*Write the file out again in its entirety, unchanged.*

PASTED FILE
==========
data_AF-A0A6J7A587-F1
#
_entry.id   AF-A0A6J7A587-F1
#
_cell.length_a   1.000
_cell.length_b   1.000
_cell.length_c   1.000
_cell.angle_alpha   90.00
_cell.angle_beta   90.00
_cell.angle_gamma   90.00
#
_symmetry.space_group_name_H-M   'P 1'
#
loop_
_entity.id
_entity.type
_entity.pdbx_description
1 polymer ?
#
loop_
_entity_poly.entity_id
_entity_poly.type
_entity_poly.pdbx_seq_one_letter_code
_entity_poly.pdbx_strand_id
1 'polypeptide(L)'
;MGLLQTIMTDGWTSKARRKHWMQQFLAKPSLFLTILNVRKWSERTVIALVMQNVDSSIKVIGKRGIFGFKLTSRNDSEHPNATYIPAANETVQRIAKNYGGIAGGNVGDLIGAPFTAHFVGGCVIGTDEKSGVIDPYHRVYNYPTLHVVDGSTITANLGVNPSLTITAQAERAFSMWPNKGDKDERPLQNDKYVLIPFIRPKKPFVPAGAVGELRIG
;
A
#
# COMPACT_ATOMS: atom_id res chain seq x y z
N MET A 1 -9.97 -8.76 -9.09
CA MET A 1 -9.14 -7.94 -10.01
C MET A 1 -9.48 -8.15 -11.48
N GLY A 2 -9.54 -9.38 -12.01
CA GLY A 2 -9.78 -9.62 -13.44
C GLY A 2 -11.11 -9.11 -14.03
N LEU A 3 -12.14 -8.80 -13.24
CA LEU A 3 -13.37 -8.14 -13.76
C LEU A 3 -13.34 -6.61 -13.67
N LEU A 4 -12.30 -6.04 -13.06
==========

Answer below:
data_AF-A0A6J7A587-F1
#
_entry.id   AF-A0A6J7A587-F1
#
_cell.length_a   1.000
_cell.length_b   1.000
_cell.length_c   1.000
_cell.angle_alpha   90.00
_cell.angle_beta   90.00
_cell.angle_gamma   90.00
#
_symmetry.space_group_name_H-M   'P 1'
#
loop_
_entity.id
_entity.type
_entity.pdbx_description
1 polymer ?
#
loop_
_entity_poly.entity_id
_entity_poly.type
_entity_poly.pdbx_seq_one_letter_code
_entity_poly.pdbx_strand_id
1 'polypeptide(L)'
;MGLLQTIMTDGWTSKARRKHWMQQFLAKPSLFLTILNVRKWSERTVIALVMQNVDSSIKVIGKRGIFGFKLTSRNDSEHPNATYIPAANETVQRIAKNYGGIAGGNVGDLIGAPFTAHFVGGCVIGTDEKSGVIDPYHRVYNYPTLHVVDGSTITANLGVNPSLTITAQAERAFSMWPNKGDKDERPLQNDKYVLIPFIRPKKPFVPAGAVGELRIG
;
A
#
# COMPACT_ATOMS: atom_id res chain seq x y z
N MET A 1 -9.97 -8.76 -9.09
CA MET A 1 -9.14 -7.94 -10.01
C MET A 1 -9.48 -8.15 -11.48
N GLY A 2 -9.54 -9.38 -12.01
CA GLY A 2 -9.78 -9.62 -13.44
C GLY A 2 -11.11 -9.11 -14.03
N LEU A 3 -12.14 -8.80 -13.24
CA LEU A 3 -13.37 -8.14 -13.76
C LEU A 3 -13.34 -6.61 -13.67
N LEU A 4 -12.30 -6.04 -13.06